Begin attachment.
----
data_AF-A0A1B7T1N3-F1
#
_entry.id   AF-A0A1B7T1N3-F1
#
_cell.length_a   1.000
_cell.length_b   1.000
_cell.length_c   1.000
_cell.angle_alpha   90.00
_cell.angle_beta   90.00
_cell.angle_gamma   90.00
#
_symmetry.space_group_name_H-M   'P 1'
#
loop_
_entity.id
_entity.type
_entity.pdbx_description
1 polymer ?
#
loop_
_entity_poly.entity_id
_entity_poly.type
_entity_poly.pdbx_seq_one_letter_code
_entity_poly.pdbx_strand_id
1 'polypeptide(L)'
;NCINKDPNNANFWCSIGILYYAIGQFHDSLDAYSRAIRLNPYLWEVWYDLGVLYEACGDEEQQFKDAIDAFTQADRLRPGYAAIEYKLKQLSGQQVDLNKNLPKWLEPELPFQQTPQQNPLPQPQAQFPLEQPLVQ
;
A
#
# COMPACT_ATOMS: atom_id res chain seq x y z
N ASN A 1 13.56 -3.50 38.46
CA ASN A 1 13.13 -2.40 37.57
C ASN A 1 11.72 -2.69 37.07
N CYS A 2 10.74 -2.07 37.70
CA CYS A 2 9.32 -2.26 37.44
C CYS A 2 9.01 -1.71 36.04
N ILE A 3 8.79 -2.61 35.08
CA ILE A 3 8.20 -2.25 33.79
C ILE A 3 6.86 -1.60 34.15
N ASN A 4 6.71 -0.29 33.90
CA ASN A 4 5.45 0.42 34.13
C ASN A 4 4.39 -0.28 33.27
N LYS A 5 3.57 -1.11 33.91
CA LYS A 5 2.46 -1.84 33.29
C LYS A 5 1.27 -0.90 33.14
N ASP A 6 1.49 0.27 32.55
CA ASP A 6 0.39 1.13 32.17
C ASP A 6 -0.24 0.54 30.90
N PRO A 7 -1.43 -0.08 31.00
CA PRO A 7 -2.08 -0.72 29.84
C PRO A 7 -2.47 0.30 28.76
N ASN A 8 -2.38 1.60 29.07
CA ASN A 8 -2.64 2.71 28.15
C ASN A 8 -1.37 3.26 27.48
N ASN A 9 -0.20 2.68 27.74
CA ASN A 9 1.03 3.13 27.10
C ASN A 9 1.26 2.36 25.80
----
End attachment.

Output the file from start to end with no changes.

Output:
data_AF-A0A1B7T1N3-F1
#
_entry.id   AF-A0A1B7T1N3-F1
#
_cell.length_a   1.000
_cell.length_b   1.000
_cell.length_c   1.000
_cell.angle_alpha   90.00
_cell.angle_beta   90.00
_cell.angle_gamma   90.00
#
_symmetry.space_group_name_H-M   'P 1'
#
loop_
_entity.id
_entity.type
_entity.pdbx_description
1 polymer ?
#
loop_
_entity_poly.entity_id
_entity_poly.type
_entity_poly.pdbx_seq_one_letter_code
_entity_poly.pdbx_strand_id
1 'polypeptide(L)'
;NCINKDPNNANFWCSIGILYYAIGQFHDSLDAYSRAIRLNPYLWEVWYDLGVLYEACGDEEQQFKDAIDAFTQADRLRPGYAAIEYKLKQLSGQQVDLNKNLPKWLEPELPFQQTPQQNPLPQPQAQFPLEQPLVQ
;
A
#
# COMPACT_ATOMS: atom_id res chain seq x y z
N ASN A 1 13.56 -3.50 38.46
CA ASN A 1 13.13 -2.40 37.57
C ASN A 1 11.72 -2.69 37.07
N CYS A 2 10.74 -2.07 37.70
CA CYS A 2 9.32 -2.26 37.44
C CYS A 2 9.01 -1.71 36.04
N ILE A 3 8.79 -2.61 35.08
CA ILE A 3 8.20 -2.25 33.79
C ILE A 3 6.86 -1.60 34.15
N ASN A 4 6.71 -0.29 33.90
CA ASN A 4 5.45 0.42 34.13
C ASN A 4 4.39 -0.28 33.27
N LYS A 5 3.57 -1.11 33.91
CA LYS A 5 2.46 -1.84 33.29
C LYS A 5 1.27 -0.90 33.14
N ASP A 6 1.49 0.27 32.55
CA ASP A 6 0.39 1.13 32.17
C ASP A 6 -0.24 0.54 30.90
N PRO A 7 -1.43 -0.08 31.00
CA PRO A 7 -2.08 -0.72 29.84
C PRO A 7 -2.47 0.30 28.76
N ASN A 8 -2.38 1.60 29.07
CA ASN A 8 -2.64 2.71 28.15
C ASN A 8 -1.37 3.26 27.48
N ASN A 9 -0.20 2.68 27.74
CA ASN A 9 1.03 3.13 27.10
C ASN A 9 1.26 2.36 25.80